The Gaps

We were late, as usual, to an event.

The only problem was, said event happened to be located across a bridge, and not just any bridge – a drawbridge which was open . . . Now, I know some of you have a picture of a Medieval castle with a moat running through your head right now, so I’ll let you have that moment . . .

Now, for reality. This drawbridge crosses the Hood Canal in Northwest Washington state. It’s a floating bridge which opens for military traffic and other water vessels. A wise person checks the handy website before heading across the bridge to check for scheduled openings.

We were not wise, so on the open bridge we sat, while late – in a line of traffic that would last an hour.

I got out of the car and noticed the section of bridge we were parked on. It was a series of steel grates with gaps through which we could see the water down below. The gaps were huge, so big your keys, cell phone or any other important thing you don’t want to drop into the Hood Canal would have slipped through with ease.

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I’m not what you would call a “careful” person. So, as we walked the bridge, my husband asked me repeatedly if my keys and phone were secure. I’ll calm your fear – nothing fell through the cracks – that day.

But, I couldn’t shake how big those gaps were.

I started thinking about my own life, and the gaps within it. In between the healthy places, which gaps exist?

The gaps are the places your relationships – the most valuable thing in life – can fall through the cracks. What are your gaps?

Mine are big and gaping: Busyness, desire to be known and loved, pride and addiction to work, insecurity.

It would be so easy for my family, friends and those I lead to fall through the gaps in my life. And, to be honest, I feel a bit out of control of it. Like this bridge, the steel grates are already cast. It seems the structure has been made.

And, maybe it has. We all have personalities and tendencies, and gaps. But that doesn’t mean we cannot be aware, and even be re-made.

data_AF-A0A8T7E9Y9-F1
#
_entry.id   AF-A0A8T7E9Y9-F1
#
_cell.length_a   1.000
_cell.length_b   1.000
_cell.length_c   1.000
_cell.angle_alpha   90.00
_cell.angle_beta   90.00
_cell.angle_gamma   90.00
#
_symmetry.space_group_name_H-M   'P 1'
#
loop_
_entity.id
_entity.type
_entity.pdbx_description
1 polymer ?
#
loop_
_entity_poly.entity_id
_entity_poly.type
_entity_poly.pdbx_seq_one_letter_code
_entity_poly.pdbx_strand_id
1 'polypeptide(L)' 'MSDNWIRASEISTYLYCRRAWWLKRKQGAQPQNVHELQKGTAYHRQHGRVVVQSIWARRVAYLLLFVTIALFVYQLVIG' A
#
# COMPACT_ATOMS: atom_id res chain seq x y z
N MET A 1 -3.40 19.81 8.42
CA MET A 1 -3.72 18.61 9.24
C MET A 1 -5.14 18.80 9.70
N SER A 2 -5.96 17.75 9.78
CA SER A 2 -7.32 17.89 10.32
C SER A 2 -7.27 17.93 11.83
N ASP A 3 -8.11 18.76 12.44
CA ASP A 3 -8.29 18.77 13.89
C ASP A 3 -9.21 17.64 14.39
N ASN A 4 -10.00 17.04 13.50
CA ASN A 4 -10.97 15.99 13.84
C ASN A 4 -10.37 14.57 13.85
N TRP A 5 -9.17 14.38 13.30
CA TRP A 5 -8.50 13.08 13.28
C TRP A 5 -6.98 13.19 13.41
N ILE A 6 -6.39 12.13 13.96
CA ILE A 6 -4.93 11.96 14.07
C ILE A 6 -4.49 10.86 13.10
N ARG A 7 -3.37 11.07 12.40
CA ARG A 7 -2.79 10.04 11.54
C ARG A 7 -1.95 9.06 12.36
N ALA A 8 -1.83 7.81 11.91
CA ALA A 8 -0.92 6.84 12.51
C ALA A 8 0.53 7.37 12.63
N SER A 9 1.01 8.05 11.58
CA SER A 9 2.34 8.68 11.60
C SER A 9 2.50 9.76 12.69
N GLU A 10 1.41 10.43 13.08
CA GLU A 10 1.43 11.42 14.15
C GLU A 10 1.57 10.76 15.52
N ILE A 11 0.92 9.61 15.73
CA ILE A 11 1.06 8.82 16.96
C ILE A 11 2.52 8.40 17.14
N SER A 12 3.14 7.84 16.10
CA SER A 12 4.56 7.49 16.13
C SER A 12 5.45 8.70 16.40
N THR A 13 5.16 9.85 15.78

There are 2 things I’m practicing to mind my gaps in this season.

  1. Relationship check-ins. Just like my keys and phone were secure in my pocket on the bridge – or maybe even back at the car – I can check often for how secure my relationships are by investing in them. Spend time with the kids. Pick them over work at times. Go on dates with my rad husband. Put off schoolwork for one day to make a memory.I can’t check in alone, because I miss things all the time. I need my people to ask me how secure my relationships are, like my husband asking me if my phone and keys were secure on the bridge. Do you have people who can ask you those questions? Find them. Honor them. Give them a voice in your life to keep the things you love secure.
  2.  Let Jesus fill in the gaps. That drawbridge was a strong structure, fit for its purpose of cars driving across it, but when walked on, it had some gaps. To be honest, I may be a strong person who seems fit for the purpose God has called me to, but as one gets closer to me, the gaps become really clear. I don’t want to be someone who seems great from afar, but loses people up close. So, I name my gaps and bring each one to Jesus – seeking His wisdom and leadership in filling each one.

    Here’s what I have learned: God is a greater gap-filler than any of us will ever be. Jesus filled the greatest gap any of us will ever face when he gave his life to bring us close to himself.

    For God in all his fullness was pleased to live in Christ, and through him God reconciled everything to himself. He made peace with everything in heaven and on earth by means of Christ’s blood on the cross. – Colossians 1:19-20 (NLT)

The gaps may be big, but God is bigger, and he holds the whole world in the palm of his hand. So, though we may feel uneasy on the bridge of our lives, God has made peace with everything in heaven and on earth . . . I think I’ll trust him.

Do you have some gaps that need filling?

We all do, so let’s remind each other often to secure what we can secure and to allow God to do his great work of reconciliation within us.

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